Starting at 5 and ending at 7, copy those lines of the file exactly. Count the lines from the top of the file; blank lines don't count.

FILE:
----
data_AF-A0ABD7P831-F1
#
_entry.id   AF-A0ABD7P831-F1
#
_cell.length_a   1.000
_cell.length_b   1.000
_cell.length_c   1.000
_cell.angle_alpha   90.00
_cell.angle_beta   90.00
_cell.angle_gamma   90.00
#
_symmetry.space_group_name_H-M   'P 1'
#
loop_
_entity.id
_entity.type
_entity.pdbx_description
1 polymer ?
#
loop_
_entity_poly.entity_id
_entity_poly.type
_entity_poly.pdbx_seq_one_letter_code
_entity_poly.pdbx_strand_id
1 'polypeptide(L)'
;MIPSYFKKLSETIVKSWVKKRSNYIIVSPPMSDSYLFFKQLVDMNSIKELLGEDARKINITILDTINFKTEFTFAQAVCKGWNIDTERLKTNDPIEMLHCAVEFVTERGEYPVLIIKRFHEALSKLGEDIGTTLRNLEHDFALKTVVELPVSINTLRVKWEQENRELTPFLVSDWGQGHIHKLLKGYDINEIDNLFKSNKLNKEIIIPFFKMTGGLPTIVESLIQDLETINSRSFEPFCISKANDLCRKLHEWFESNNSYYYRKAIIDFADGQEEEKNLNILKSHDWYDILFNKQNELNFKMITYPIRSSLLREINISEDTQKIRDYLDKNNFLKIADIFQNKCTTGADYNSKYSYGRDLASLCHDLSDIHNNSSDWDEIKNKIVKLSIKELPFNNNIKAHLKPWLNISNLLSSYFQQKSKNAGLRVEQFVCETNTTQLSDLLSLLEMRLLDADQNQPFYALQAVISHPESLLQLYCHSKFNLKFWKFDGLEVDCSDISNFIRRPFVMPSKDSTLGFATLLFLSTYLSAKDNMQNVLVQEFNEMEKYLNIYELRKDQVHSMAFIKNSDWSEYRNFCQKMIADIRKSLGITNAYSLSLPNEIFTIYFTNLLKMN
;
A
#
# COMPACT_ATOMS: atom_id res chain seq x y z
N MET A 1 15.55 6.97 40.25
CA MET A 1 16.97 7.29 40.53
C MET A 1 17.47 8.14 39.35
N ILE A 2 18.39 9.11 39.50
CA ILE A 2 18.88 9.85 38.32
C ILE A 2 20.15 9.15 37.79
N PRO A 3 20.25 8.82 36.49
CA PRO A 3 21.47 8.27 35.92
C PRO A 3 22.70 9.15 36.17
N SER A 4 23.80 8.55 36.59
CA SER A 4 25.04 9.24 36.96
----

_cell.length_a   1.000
_cell.length_b   1.000
_cell.length_c   1.000